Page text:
A third important character trait of mine is knowledge insecurity. I believe that many of my past failures of significant magnitude stem from making decisions with insufficient information, or decisions made with poor understanding of the available information. As a result, I over-study almost everything, especially situational input data and formal contracts. Drives my employees (and wife) nuts but is tremendously helpful in raising confidence and overcoming my natural fear of failure. I promised myself a long time ago that the expected occasional failure will not be due to my lack of study of the available information.

These three character traits work together to overwhelm my fear of failure and allow me to see clear paths ahead.

For example, let us consider the story shared above regarding a guarantee to start power plant training classes in a northern State within six months. By applying the rule of “envisioning the win”, we begin by imagining students in chairs in a classroom with an instructor at the front. With study of the contract, we note that the guarantee made to the customer is to start power plant training within six months, a guarantee specific to training, not construction. A solution is immediately obvious…build or rent temporary classrooms while construction proceeds on the permanent facility. This is what we did and the customer was satisfied. Being a brief-pessimist, we scheduled readiness at five months instead of six in case something went wrong (which of course it did).

A more recent example involves construction of a power plant overseas. The construction contractor was horribly late and, without sale of electricity to the local power grid, financial survival of the plant owner would be in doubt. By “envisioning the win”, it was obvious that the power plant had to be connected to the power grid in timely manner and delivering billable energy as per its agreement with the local utility. With study, we determined that the utility power sales agreement did not specifically require the construction contract to be concluded. With contractor cooperation, we re-tasked the near-term work to focus on satisfying requirements in the utility power sales agreement then declared the plant operational. The construction contractor finished its work under contract over a year later.

Ok, thank you for all that. Now let’s shift to the main focus of this interview. We would like to explore and flesh out the concept of becoming free from failure. Let’s zoom in a bit. From your experience, why exactly are people so afraid of failure? Why is failure so frightening to us?

I believe fear of failure is learned starting from our first words and steps as children. Success is rewarded with candy or banana pudding. Failure is punished by lack of candy, or worse. Kill the dinosaur and get meat; fail to kill the dinosaur and get eaten. The winner gets the trophy. Fail an exam and be denied the academic achievement. The successful salesperson receives more compensation. A failed project manager gets a pink slip. The negative consequences of failure exist in almost every aspect of our lives, and this naturally gives rise to a fear of it.

We will not purge the win/lose aspect of human existence from our societies anytime soon. And properly channeled, our insecurities and fear of failure can be powerful motivation to succeed.

What are the downsides of being afraid of failure? How can it limit people?

The risk of failure may be perceived to be so great that a person chooses not to take any action beyond the minimum required to perpetuate his or her existence. As result, the person and/or society fails to further develop and prosper. And in competitive circumstances, failure to exert oneself beyond the minimum will itself cause the failure which was feared in the first place.

Consider the business society in some nations that offer relatively flat salaries in jobs for life. In such nation, you will draw your salary until retirement, like everyone else in your pay grade, provided you do not embarrass your company with notable failure. As result, individual decisions are made based on risk of loss (job) instead of opportunity for gain (pay and promotion). While this arguably may be wise for the employee in that non-competitive environment, the employing company is usually characterized by volatile financial performance year to year and forever touting its next five-year recovery plan as it reacts to various global events.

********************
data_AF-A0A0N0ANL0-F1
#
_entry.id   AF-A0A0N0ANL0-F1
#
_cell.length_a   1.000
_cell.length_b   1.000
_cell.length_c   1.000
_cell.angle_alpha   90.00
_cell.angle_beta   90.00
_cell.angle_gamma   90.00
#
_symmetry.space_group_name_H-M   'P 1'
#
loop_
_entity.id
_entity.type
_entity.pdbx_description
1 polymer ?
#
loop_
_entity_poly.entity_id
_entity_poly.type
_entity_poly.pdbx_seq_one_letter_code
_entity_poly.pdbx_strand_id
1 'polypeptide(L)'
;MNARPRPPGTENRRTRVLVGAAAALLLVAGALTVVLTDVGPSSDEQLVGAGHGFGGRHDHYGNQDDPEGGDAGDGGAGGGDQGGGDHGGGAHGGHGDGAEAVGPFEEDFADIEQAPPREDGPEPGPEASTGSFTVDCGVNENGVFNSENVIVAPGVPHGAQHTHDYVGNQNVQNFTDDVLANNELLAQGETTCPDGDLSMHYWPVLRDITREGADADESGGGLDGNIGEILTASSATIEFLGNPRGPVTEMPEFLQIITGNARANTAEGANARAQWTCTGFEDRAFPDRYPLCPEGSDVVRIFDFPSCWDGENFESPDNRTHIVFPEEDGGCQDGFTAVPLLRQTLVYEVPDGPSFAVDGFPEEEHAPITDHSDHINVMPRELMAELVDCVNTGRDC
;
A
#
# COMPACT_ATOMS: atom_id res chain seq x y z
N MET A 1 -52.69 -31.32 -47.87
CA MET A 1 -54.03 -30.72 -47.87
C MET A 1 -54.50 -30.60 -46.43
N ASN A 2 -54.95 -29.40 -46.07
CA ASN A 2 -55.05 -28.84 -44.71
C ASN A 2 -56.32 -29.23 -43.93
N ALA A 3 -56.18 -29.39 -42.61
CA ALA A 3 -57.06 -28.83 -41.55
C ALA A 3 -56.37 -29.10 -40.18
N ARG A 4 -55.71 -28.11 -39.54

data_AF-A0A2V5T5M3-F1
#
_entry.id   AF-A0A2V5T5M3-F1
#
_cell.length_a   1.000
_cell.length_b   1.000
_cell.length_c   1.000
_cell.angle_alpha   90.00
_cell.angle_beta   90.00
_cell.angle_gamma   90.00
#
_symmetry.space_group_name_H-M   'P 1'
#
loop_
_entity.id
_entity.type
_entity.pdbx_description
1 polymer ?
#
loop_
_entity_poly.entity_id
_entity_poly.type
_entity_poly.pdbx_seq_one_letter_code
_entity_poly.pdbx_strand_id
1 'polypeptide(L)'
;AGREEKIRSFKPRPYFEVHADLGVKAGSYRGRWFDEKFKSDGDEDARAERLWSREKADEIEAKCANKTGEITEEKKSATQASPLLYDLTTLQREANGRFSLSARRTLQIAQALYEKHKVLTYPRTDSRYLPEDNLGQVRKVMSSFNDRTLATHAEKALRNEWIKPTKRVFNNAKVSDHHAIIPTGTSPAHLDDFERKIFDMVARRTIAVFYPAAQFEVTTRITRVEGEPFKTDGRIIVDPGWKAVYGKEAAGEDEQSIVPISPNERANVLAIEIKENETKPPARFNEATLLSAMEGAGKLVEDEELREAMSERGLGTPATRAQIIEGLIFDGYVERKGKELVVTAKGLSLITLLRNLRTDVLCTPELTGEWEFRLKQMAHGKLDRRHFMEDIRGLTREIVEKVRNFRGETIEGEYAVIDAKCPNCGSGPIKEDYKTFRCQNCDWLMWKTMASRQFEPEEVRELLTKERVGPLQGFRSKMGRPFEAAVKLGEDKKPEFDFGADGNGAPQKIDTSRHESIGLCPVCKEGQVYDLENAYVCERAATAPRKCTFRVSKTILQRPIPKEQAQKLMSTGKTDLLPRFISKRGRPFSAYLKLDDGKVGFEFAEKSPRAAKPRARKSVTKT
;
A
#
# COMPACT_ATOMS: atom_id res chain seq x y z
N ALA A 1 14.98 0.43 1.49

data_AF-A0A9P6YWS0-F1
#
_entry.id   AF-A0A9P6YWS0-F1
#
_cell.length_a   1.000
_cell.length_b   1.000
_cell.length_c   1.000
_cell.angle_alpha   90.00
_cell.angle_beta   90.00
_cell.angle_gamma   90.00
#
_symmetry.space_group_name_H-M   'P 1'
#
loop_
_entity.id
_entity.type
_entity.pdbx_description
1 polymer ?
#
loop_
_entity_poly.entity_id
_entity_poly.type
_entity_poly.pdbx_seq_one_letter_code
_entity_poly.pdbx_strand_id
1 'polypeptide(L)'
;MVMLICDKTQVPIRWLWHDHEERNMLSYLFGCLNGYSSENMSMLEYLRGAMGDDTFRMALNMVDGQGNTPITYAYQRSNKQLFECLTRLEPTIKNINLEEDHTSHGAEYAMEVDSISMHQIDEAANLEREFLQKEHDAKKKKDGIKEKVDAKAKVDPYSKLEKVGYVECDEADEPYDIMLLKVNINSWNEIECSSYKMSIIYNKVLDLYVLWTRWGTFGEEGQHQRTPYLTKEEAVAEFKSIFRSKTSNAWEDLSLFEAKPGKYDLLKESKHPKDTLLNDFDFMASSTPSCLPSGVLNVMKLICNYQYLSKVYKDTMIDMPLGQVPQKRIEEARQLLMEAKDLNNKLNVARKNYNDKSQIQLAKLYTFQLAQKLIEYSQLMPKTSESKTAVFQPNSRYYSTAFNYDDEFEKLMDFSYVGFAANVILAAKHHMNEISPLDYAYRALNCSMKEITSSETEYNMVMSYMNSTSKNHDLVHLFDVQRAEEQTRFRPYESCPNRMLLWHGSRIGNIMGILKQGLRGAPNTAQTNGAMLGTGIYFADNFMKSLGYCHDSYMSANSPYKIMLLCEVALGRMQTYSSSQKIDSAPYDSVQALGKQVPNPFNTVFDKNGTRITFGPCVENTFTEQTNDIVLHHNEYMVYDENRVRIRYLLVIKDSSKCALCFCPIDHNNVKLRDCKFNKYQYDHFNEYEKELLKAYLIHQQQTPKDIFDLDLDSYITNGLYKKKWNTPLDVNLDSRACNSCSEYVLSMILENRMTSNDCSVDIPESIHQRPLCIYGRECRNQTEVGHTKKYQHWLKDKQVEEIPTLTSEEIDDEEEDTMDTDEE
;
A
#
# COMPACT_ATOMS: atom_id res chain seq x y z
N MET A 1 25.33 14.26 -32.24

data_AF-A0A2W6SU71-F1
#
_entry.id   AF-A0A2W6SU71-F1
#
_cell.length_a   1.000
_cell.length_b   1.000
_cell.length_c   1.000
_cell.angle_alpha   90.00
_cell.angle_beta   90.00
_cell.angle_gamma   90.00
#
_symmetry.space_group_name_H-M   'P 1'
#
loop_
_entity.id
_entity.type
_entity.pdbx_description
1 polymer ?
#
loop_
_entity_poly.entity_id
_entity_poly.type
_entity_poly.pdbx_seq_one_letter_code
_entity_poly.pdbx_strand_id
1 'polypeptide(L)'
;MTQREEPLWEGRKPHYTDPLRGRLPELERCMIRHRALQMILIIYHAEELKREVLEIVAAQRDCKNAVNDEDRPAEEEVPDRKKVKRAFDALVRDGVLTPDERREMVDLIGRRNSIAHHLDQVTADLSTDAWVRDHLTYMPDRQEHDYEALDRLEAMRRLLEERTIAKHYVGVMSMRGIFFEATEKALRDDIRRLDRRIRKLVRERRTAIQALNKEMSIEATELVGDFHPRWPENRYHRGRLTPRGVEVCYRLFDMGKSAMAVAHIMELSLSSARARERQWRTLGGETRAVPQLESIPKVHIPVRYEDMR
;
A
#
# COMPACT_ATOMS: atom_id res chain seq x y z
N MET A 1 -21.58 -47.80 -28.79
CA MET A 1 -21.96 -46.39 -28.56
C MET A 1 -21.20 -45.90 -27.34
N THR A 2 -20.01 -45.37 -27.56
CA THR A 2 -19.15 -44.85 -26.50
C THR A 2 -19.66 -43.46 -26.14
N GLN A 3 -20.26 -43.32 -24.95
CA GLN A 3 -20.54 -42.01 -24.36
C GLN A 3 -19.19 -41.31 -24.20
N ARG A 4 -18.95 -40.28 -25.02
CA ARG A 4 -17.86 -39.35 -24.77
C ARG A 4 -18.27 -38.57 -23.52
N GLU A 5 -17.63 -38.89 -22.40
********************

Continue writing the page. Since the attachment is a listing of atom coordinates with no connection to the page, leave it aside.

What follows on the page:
In most other nations, we live in constant competition at school, at work, in our relationships, etc. If excessive fear of failure causes us to stand still, not reaching or stretching for that next milestone, we will avoid the joy of achievements, higher compensation, new relationships, etc. And if our competitors are not fearful and continue to advance, we risk falling out of the race entirely. Being released or made redundant in our jobs, dropping out of school, failure of our relationships, these are likely results of being overly afraid to fail. That is, we inevitably cause what we fear.

In contrast, can you help articulate a few ways how becoming free from the fear of failure can help improve our lives?

Becoming free from failure includes realization that you are already a winner simply by making your best effort. And now that you know that you live in the winner category, you smile more. You walk with your head up and your eyes open. You realize that every opportunity you encounter is going to be a success, even if it is not. Failure is no longer a negative word or event; it is instead an expected occasion giving rise to a new learning experience.

Freeing oneself from the fear of failure restores your childlike wonder to things you have not yet done. Your enthusiasm is restored as an active component of your character. You finally ask that boss for a pay raise, and you start a conversation with that special person you have studied from afar. Your can-do attitude drives you to new heights of achievement.

Removing the fear of failure changes everything.

We would love to hear your story about your experience dealing with failure. Would you be able to share a story about that with us?

I have a lot of failures to choose from. One of my greatest occurred when challenged to expand my employer’s business overseas. We needed new markets to survive; I chose Southeast Asia for the expansion since large capital projects were still normal in that region. So, I packaged our U.S. resources and service offerings and went to Asia wearing a sales hat. Two years later, having written lots of proposals but with no significant sales revenue, I was forced to admit my arrogance and ignorance thinking Asian customers would throw money at proven U.S. solutions.